With a little over seven months until the General Election, all parties are gearing up to charm the electorate. A repeat of the hung parliament of 2010 is unlikely to be the ambition of any of the main parties, and it certainly doesn’t seem to have been terribly popular amongst the electorate.
Thus it was that I followed Nick Clegg’s speech on mental health provision at the Liberal Democrat Party Conference with interest. Having spent several years working in a range of mental health services, I applaud the fact that it is clambering up the political agenda, if rather more slowly than I would like. On the face of it, then, the content of his speech was positive: 75% of people referred for difficulties such as low mood and anxiety will be seen within six weeks; all those referred for psychosis will be seen within two weeks, funded with £120m over two years. Mental health charities were enthusiastic, but a closer look reveals rather more.
Clegg’s party has been in Government for over four years. In those four years, it has privatised healthcare, including vast swathes of mental health. It has drastically reduced funding for social care and support services. It has slashed Housing Benefit and, courtesy of Workplace Capability Assessments, terrorised those on benefits. Its policies have led to the poor and the disabled being demonised by the media and the public at large. It has cut the number of beds available for people with mental health problems by 10%. It has presided over people being ferried halfway across the country for acute admissions because inpatient units are at breaking point. It has cut funding to such an extent that recruitment has been frozen.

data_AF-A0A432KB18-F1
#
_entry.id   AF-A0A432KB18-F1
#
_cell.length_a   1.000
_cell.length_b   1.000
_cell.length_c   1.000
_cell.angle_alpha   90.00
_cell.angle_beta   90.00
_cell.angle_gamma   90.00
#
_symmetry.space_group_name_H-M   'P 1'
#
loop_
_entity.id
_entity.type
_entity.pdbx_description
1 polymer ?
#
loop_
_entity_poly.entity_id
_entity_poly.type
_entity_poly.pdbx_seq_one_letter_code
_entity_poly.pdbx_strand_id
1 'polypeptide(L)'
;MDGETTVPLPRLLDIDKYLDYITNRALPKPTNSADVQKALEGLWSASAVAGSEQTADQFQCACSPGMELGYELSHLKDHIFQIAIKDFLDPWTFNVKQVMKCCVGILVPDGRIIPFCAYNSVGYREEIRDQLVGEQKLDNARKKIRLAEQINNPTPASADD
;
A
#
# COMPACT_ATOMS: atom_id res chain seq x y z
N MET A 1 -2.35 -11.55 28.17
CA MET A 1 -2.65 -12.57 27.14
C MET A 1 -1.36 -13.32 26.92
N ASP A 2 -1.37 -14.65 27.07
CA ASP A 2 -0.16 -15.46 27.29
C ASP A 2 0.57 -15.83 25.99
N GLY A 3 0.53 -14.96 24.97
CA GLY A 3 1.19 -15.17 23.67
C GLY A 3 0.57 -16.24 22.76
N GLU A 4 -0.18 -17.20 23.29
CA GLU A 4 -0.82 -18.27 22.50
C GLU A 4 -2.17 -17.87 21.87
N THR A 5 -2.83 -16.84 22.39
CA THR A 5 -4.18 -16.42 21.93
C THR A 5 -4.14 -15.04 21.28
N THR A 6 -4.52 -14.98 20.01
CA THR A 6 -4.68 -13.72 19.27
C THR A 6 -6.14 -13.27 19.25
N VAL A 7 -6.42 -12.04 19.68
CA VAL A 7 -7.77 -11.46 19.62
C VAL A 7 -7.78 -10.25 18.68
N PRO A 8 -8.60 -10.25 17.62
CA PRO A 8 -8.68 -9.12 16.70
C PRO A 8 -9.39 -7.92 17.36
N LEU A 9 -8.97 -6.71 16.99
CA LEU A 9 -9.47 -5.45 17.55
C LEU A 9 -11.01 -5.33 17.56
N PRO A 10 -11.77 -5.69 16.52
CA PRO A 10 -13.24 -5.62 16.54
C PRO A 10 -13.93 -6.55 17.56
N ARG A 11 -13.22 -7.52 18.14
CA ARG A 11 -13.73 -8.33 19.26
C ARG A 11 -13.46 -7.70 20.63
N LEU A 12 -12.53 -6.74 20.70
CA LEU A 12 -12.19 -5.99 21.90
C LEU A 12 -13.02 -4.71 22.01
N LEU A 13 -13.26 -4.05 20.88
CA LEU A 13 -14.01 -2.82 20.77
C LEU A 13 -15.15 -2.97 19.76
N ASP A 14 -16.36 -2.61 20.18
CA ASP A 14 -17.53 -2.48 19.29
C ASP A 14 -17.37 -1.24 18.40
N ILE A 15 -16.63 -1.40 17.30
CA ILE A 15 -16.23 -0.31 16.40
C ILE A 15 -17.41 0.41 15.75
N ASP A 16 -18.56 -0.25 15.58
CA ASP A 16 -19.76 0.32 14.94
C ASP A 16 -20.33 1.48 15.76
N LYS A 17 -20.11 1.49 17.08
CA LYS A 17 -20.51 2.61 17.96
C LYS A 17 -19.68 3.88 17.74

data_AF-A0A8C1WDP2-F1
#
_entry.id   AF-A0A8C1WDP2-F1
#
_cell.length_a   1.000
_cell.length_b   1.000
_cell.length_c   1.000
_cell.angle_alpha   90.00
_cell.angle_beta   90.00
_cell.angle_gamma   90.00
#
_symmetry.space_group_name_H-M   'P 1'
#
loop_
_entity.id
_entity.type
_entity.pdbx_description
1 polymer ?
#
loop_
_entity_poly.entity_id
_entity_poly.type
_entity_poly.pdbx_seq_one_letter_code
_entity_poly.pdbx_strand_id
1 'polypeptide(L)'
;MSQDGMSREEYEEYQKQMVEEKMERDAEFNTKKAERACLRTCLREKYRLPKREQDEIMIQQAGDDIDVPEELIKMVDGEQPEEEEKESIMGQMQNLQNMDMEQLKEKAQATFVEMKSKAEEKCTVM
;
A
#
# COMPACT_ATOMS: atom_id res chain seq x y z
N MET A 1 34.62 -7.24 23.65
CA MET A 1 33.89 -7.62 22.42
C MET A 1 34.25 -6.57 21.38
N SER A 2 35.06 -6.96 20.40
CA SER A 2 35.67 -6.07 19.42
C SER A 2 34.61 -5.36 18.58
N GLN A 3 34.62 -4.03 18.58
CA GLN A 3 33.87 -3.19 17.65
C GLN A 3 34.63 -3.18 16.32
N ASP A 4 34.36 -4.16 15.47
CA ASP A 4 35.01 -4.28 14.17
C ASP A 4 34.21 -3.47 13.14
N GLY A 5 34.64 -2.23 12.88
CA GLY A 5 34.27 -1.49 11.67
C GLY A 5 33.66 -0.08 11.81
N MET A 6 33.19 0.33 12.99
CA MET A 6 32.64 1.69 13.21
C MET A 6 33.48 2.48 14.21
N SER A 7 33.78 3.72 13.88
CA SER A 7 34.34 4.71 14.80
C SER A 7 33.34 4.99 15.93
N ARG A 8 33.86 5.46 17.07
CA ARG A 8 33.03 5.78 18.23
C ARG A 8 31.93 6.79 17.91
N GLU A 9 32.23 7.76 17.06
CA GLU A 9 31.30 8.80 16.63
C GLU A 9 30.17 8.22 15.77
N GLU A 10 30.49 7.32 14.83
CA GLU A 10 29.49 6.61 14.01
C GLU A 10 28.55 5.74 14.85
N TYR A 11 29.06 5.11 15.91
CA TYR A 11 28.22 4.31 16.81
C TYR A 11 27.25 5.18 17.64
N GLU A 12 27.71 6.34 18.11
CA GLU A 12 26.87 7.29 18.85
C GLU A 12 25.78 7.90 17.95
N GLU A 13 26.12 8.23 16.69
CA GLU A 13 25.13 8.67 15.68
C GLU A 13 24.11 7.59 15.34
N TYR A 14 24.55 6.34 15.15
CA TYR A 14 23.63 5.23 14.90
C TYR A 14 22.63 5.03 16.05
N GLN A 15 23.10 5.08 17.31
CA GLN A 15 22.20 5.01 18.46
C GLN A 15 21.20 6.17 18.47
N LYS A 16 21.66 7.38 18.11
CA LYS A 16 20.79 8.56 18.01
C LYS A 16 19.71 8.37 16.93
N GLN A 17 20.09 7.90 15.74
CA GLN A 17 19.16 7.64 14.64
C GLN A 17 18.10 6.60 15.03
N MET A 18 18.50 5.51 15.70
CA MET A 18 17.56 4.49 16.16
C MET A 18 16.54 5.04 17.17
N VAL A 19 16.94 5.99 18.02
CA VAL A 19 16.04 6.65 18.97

In my own profession of clinical psychology, this is especially evident: I know of services in which the waiting time for an assessment is nine months. Austerity is bad for our mental health: our waiting lists are increasing at exactly the point at which our capacity is reducing. Clegg’s Coalition Government has been implicated in every bit of this wretched tale. In short, it has decimated the mental health system and ridden roughshod over those who require it.
Having spent four years watching this sustained assault on mental health services, I see no reason to be enthused. Clegg’s proposals relate to waiting times; nothing has been said about how clinicians are meant to meet those targets without a sustained recruitment drive. We have limited capacity; we can’t simply see more people because Clegg tells us we ought to. We can’t do more, with less. Clegg is no fool: he is well aware of this. But he is also leader of a party which is likely to be decimated at the coming election. One can hardly blame him for trying to appeal to the electorate. I just wish he wouldn’t make promises which he will break to a group he and his peers have systematically persecuted over the past four years.